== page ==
Only in Amherst would an out-of-control, alcohol-fueled party of 500 collage-aged kids packed in a one-bedroom house resulting in 3 arrests (one charged with possession of a stun gun) and $1,800 in fines be considered routine.

Wednesday, November 24, 2010

Thankful to be here, in my hometown

So I can always tell when something bad is brewing in Korea as I get a ton of visitors to Heart & Seoul, my tour of the DMZ a year-and-a-half ago. Google analytics reveals it to be far and away the most viewed post out of all 1,350 put up over the past three-and-a-half years.

I first noticed it on my sitemeter 8 months ago when the South Korean warship mysteriously exploded and sank in disputed waters; it just started again a few days ago with the stunning announcement of North Korea's new uranium processing plant, and then escalated after the North pounded an island with artillery killing two South Korean soldiers and two civilians.

So yes, once again I fear for my friends in Seoul. Because if the North Koreans decide (or I should say the new kid in charge) on all-out war, the carnage on Day One will be incomprehensible.

Thus I am thankful to be here in my hometown, with family and friends, safe and warm . And it makes me even more thankful then ever for the men and women in our military who lay their lives on the line to make it so--especially those in far off places under imminent threat of death.

As well as police, fire and public safety folks right here at home.

If I had to pick my favorite post out of all 1,350 it would be A Thanksgiving Story, also about war. And I'm so thankful to have know Dick Hagelberg--a poster boy for the "Greatest Generation".

Tuesday, November 23, 2010

Don't bother the Juggernaut!

Trailer for sale or rent. Mark's Meadow abandoned classrooms.

So as I've mentioned many times before, Umass generates over 50 school-age children from their tax-exempt housing (including Chancellor Holub's ornate house) impacting the Amherst Public School System at a per head cost of over $16,000 with zero remuneration.

Yet, according to the 5-year Town/Gown "strategic agreement" signed four years ago:

“If, in the future, the Town builds a new elementary school and vacates the Mark’s Meadow facility, the Town, AES, ARPS and the University will negotiate a new agreement in which the University may reimburse the Town for a portion of the net costs of educating students living in University tax-exempt housing. "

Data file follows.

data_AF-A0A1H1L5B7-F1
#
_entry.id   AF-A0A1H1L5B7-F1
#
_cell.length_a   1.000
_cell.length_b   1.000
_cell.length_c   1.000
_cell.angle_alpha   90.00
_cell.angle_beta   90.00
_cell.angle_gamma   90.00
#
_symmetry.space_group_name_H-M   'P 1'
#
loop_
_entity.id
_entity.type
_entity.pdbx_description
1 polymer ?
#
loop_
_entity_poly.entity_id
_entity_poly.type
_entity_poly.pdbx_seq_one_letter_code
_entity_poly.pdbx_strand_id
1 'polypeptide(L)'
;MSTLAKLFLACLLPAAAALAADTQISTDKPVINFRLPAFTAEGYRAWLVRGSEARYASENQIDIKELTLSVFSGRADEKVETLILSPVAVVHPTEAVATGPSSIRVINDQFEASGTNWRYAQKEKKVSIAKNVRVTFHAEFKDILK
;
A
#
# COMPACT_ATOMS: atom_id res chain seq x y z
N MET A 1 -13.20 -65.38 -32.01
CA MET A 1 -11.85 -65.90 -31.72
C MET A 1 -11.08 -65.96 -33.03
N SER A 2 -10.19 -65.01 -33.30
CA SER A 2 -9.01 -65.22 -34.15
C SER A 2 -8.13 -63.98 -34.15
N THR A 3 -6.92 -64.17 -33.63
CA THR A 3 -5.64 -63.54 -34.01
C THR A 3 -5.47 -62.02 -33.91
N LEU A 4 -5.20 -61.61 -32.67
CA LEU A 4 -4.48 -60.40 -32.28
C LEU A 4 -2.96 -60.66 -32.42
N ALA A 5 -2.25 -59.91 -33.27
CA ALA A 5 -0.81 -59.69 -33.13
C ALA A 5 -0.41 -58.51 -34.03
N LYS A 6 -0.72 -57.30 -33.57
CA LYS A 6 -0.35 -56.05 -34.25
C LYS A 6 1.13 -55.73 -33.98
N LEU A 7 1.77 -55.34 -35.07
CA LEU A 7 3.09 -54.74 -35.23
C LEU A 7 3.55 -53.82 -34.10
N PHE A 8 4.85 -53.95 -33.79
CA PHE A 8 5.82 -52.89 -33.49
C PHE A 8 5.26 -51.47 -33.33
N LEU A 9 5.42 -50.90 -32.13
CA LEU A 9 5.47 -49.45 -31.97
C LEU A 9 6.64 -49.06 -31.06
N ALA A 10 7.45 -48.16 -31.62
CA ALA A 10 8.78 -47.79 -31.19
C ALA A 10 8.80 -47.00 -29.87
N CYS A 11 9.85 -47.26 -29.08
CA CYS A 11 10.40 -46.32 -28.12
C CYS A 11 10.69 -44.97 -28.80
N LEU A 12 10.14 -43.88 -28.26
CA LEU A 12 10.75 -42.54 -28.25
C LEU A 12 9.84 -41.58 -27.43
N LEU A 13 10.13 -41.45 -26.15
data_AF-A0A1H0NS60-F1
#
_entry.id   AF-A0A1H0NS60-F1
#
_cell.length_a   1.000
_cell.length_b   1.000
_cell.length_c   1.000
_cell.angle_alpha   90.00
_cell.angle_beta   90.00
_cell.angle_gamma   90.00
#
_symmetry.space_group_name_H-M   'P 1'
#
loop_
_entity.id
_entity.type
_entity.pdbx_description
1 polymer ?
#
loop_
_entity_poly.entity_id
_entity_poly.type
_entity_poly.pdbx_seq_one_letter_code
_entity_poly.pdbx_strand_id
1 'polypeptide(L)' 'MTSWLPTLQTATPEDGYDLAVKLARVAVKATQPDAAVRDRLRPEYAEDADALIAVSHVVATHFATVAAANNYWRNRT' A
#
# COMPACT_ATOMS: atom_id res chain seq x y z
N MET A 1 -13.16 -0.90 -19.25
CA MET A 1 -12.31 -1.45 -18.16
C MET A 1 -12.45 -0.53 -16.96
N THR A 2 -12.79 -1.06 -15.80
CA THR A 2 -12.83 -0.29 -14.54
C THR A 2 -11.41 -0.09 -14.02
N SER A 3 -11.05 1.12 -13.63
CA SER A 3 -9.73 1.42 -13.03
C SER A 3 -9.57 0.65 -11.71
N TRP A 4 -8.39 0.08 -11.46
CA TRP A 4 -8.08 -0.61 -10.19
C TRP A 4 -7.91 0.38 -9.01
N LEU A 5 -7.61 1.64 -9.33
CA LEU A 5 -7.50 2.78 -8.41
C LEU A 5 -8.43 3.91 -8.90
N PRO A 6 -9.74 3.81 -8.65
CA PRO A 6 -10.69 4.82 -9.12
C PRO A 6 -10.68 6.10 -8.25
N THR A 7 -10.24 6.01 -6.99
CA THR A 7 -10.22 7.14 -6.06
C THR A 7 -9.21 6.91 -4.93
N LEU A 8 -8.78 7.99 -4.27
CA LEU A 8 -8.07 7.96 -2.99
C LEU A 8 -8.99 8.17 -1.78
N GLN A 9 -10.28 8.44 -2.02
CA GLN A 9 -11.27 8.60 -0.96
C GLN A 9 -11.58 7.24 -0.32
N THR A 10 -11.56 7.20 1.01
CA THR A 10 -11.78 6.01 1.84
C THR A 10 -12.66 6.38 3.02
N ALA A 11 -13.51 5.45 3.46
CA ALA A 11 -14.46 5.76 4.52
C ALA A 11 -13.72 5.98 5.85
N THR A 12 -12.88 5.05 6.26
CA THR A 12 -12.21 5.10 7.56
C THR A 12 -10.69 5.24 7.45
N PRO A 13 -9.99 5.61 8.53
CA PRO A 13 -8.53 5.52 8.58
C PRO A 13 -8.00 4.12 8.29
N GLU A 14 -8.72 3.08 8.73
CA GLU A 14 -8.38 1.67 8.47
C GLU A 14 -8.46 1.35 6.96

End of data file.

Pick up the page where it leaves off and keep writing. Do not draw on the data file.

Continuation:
Well, last I looked not only has Mark's Meadow been vacated and returned to Umass, but we also left behind never-really-been-used modular classrooms that cost Amherst taxpayers $215,000 only a few years ago.

Furthermore, last week our School Superintendent informed (after the fact) the School Committee that she had authorized donating $96,000 to Umass for a "training partnership." I'm still trying to find out what we are actually getting for our money?
amherstac@aol.com> 11/19/2010 1:44 PM >>>
Hey Rob,
Could I please get the document showing how/where Umass spent the $96,000 for a training partnership using ARRA funds given to them by Amherst schools?

Larry Kelley

From: Rob Detweiler
To: amherstac@aol.com
Cc: Maria Geryk
Sent: Mon, Nov 22, 2010 7:54 am

Hello Larry,I have forwarded your request to the attention of the Superintendent. Hope you enjoy your day.

Rob Detweiler,
Director of Finance and Operations

Thanks Kathy, correction made. Now not to be a complete pain in the butt on a Friday afternoon, but could I also get the number of teachers in the Amherst School System who took advantage of the "free" education courses at Umass School of Education last Fiscal Year? Maria said at the most recent SC meeting the $96,000 we donate annually to Umass School of Ed goes towards grant writing and education/training courses for Amherst public school teachers.

From: Kathy Mazur
To: amherstac@aol.com
Sent: Fri, Nov 19, 2010 12:54 pm
Subject: Re: Public Document Request

I will ask Maria about the "in kind" services you are referring to. One thing though, this was a one-time payment of 96K for a training partnership using ARRA funds. It's not donated annually.


From: amherstac@aol.com
To: cmccormick@educ.umass.edu
Sent: Fri, Nov 19, 2010 1:02 pm
Subject: Public Documents Request

Hi Christine,
Sorry to bother you on a Friday afternoon but could I please get a breakdown (rough is fine) of how the School of Ed spent the $96,000 the Amherst Public Spends expended for the "partnership to support teaching and learning"?


Larry Kelley

From: Christine McCormick
To: amherstac@aol.com
Sent: Mon, Nov 22, 2010 3:01 pm
Dear Mr. Kelley,

Thank you for your interest in our partnership. We are very excited about this collaboration. Last Friday when you sent your email inquiry, the School of Education was focused on ensuring the success of the major event described in the notice below. I am only in today for some key meetings and will be traveling tomorrow to spend Thanksgiving with family. In the meantime, I would encourage you to contact Dr. Rebecca Woodland, who will be glad to fill you in on the accomplishments of this partnership.

Christine B. McCormick